By Gary Brooks, CFP®
Outside of family, the two things that have defined my life more than anything else are baseball and personal finances.
Long before I became a CERTIFIED FINANCIAL PLANNER™ and the president of an independent wealth advisory practice, I was a pitcher in college and later a Major League Baseball reporter for several years. Crossing over the two very distinct careers, I have been an official scorer for the past nine years for the Triple-A Tacoma Rainiers – the top minor league affiliate of the Seattle Mariners.
At the intersection of these two worlds are many similarities that just might help one define the other. Here are several thoughts about how baseball is like investing or making financial decisions.
The Summary Dozen – 12 points for those who prefer Cliff’s Notes
- Probability of outcomes is important – whether it’s sacrifice bunts and stolen bases or investment returns and funding financial goals.
- It takes longer periods of time (at bats or market cycles) to separate skill from luck.
- A quality process is more important than immediate or short-term outcomes.
- Being dazzled by past performance clouds present decisions and doesn’t guarantee future outcomes.
- Use specialists where they add the most value.
- Paying attention only to the moving ball is equivalent to making investment decisions based only on recent performance. It misses many important elements that define why things are happening on the field and markets.
- Baseball scouts are to baseball fans as investment managers are to average investors. These insiders make decisions informed by way more advanced data and resources than most people. That still doesn’t make them foolproof.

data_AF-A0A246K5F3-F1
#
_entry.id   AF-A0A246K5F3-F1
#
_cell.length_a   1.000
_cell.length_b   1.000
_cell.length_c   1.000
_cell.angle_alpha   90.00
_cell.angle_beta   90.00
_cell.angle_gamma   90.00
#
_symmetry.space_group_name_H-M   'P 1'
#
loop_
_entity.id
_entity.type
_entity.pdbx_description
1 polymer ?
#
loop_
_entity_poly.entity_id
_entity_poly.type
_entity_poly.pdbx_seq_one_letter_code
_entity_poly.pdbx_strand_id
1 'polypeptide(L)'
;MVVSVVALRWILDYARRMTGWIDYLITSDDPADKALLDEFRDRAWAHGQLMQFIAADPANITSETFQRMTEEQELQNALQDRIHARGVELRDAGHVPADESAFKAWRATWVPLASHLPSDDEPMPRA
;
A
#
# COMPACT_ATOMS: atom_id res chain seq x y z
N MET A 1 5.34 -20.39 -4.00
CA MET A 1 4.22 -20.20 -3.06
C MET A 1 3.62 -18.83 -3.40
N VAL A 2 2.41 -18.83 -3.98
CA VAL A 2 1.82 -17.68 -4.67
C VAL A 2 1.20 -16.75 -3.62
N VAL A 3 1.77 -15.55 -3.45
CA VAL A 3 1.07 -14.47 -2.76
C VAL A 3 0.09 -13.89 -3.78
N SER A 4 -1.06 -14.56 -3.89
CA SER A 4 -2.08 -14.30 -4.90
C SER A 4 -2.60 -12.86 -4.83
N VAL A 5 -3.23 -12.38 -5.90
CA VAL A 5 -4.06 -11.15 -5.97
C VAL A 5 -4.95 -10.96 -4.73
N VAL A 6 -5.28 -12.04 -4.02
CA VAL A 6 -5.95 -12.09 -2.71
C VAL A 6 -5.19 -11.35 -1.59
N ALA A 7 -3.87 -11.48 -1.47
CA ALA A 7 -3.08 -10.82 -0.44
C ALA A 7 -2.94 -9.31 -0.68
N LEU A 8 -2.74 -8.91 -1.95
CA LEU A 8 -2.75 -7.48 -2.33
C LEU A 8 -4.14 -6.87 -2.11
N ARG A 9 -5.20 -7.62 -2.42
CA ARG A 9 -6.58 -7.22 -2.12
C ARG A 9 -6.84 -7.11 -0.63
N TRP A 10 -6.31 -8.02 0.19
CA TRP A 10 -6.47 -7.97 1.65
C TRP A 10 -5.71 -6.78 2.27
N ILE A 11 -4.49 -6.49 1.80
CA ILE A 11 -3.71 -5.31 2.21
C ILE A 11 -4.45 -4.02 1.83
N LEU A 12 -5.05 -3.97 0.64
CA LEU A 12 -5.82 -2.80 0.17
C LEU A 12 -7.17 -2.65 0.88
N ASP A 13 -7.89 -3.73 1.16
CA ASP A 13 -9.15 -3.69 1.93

- Although sometimes difficult, it’s beneficial to be concerned only about things that you can control.
- The best teams and investment plans have a documented philosophy or approach to evaluating present conditions while building for the future.
- Facts and data are only facts and data if they support the views of those they are presented to. Otherwise, they are biased opinions. The same information can be interpreted very differently by two people.
- Most mutual fund managers are the equivalent of baseball card commons.
- Fantasy baseball drafts are an example of growth vs. value investing. It’s easy to overspend on growth and overlook a good value.
Now on with the show …
Investing and baseball (Part 1) – What do they have in common?
Investing and baseball (Part 2) – Tony Gwynn and Understanding Probability
Investing and baseball (Part 3) – Statistical Analysis
Investing and baseball (Part 4) – Team building and investment portfolio
Investing and baseball (Part 5) – An insider’s perspective on the game
Investing and baseball (Part 6) – Ongoing re-evaluation and adaptation
Investing and baseball (Part 7) – Keeping scores can be a matter of perspective
Investing and baseball (Part 8) – The rarity of most valuable “players”
Investing and baseball (Part 9) – Fantasy baseball (growth vs value)
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